The subpectoral and submuscular involve the same kind of placement: under the pectoralis muscle, where one is a partial placement under the muscle (subpectoral) and the other is a placement firmly under the muscle (submuscular). Both placements will require a longer time to recover. Also, the pain will probably be much more intense than in the case of the subglandular type. The reason is that the doctor will have to manipulate the muscle during surgery, so it will cause more pain and swelling. Some say that this method is best for effective future mammograms because it protects the implants and offers a complete image of the glandular tissue of the breast.
Regarding the incision, there are several options. Most surgeons will use and probably also recommend the inframammary incision, which is made in the lower crease of the breast. It is easier both for the doctor and the patient. The doctor can clearly see the whole breast pocket and can position the implant correctly. For patients, this type of incision results in a shorter recovery time and a barely visible scar since it is always out of sight.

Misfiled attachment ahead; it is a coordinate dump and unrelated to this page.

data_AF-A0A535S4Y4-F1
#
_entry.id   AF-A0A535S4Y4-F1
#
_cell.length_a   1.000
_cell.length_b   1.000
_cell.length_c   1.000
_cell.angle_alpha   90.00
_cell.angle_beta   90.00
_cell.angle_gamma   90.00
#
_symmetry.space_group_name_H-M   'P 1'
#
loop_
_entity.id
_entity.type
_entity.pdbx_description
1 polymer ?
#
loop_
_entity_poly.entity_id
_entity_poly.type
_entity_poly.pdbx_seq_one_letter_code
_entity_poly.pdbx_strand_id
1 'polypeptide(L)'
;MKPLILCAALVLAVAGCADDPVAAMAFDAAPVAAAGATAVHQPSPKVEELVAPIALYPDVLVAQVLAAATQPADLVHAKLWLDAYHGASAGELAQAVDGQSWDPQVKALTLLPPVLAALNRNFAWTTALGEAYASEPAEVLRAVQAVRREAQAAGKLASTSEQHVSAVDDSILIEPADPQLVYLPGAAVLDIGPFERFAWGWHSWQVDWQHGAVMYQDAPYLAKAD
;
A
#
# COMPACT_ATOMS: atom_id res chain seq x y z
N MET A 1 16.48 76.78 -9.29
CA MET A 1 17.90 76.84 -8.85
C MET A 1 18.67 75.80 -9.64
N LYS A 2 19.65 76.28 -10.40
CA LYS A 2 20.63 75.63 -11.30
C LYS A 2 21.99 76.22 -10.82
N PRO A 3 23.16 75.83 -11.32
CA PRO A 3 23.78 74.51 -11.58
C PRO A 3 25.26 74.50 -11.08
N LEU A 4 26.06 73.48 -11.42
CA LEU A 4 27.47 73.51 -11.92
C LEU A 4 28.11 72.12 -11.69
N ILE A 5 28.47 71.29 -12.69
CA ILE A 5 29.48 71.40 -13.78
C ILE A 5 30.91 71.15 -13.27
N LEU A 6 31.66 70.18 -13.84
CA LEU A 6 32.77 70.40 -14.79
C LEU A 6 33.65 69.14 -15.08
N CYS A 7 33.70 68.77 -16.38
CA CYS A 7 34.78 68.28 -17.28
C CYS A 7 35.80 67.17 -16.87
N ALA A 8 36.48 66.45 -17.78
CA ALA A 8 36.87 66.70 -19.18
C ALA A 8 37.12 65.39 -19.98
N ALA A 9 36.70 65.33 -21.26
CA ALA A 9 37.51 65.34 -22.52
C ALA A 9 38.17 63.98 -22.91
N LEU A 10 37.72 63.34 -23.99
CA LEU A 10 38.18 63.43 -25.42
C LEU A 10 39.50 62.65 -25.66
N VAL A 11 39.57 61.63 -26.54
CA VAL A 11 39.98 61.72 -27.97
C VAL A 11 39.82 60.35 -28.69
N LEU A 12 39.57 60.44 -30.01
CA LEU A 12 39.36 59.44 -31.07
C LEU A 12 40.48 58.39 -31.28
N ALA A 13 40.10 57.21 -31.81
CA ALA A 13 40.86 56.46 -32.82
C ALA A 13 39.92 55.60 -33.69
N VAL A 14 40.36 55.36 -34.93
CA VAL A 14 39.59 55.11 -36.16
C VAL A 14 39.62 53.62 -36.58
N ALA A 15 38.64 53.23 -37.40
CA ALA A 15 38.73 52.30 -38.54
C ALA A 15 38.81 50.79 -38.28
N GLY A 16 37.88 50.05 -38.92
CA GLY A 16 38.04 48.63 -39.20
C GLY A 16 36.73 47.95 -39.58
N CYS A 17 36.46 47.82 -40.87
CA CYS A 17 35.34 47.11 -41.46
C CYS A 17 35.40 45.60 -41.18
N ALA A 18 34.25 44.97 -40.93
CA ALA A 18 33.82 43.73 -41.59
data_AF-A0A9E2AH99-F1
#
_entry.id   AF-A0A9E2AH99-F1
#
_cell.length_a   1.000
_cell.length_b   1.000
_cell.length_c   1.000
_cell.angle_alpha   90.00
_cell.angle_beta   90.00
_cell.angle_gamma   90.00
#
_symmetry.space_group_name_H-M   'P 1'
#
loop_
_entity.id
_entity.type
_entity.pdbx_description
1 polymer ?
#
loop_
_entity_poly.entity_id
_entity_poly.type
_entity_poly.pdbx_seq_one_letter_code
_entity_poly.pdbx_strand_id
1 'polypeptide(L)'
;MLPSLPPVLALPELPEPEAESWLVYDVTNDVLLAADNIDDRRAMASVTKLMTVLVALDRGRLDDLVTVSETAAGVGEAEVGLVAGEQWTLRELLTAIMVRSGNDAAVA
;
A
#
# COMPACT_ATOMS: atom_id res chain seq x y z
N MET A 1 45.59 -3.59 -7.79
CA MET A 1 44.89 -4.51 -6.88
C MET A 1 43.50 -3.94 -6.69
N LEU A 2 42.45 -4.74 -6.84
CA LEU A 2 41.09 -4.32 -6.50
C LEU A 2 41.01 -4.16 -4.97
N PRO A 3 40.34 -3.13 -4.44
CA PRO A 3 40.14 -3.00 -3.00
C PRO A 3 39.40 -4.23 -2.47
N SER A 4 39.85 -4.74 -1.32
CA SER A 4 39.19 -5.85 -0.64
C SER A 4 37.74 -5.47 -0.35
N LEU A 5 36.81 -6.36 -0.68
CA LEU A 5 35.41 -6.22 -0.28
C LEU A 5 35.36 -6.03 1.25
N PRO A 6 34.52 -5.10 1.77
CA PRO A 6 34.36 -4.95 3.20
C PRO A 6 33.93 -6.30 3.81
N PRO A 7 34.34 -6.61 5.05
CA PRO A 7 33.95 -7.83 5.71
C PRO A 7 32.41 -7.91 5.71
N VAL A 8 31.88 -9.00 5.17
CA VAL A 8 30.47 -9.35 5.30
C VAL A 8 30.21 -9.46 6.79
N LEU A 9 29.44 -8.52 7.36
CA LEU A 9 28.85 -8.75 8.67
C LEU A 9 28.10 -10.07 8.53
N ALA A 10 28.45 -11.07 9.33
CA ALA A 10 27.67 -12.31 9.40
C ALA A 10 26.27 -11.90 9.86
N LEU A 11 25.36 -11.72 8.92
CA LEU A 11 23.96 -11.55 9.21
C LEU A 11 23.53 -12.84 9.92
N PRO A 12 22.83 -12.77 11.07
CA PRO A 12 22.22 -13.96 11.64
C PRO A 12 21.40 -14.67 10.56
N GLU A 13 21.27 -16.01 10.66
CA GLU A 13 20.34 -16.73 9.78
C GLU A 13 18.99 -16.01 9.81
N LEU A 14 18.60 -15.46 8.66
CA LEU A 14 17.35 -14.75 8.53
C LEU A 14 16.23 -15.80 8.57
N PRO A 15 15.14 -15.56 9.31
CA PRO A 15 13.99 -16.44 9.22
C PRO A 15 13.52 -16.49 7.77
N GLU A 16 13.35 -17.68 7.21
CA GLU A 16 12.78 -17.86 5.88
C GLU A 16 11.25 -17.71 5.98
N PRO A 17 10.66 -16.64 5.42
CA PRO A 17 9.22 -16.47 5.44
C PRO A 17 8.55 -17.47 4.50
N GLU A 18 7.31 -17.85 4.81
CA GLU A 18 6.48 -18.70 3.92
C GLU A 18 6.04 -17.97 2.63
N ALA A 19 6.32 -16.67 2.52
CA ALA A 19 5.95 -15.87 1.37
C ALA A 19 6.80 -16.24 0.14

The other type of incision frequently used is the periareolar one, around the nipple. However, this is not really a good fit for larger implants because it gives little space to insert them into the pockets. Then there is the transaxillary incision, which is made under the armpit. This a difficult choice, because it involves using some small camera to be inserted in the pocket and allowing the surgeon to see how he can place the implant in the right position. In this case, the recovery will be longer, and you even might need to spend one night in the hospital. There is a fourth option but it is almost never used since it causes too much pain, stress, and difficulty for both parties involved that no one considers it. That is the transumbilical incision, which is in the upper part of the belly button.
The actual recovery
Breast augmentation is usually a simple plastic surgery and does not pose any major issues or complications. That is why most of these operations are held in an outpatient facility or clinic and rarely into a hospital. You will get to the clinic in the morning and go back home in the evening. Only in rare cases will the doctor keep you in the clinic overnight for observation if you have high blood pressure, excessive bleeding, etc.
Your doctor will recommend a period of two days of complete rest, a time when your incision needs to start healing, the initial swelling and bruising will go down, and the pain will cede. You will need to get help in these two days because you will not be allowed to lift your arms over your head or carry anything with your arms. The best thing to do is to have someone take care of you a couple of days, someone to talk to and ask for help when needed, to give you medicine or help fetch things you need. You will not need to lie in bed or stay still all day unless you feel sick. On the contrary, the doctor will advise you to move around the house to get your circulation moving and prevent any complications.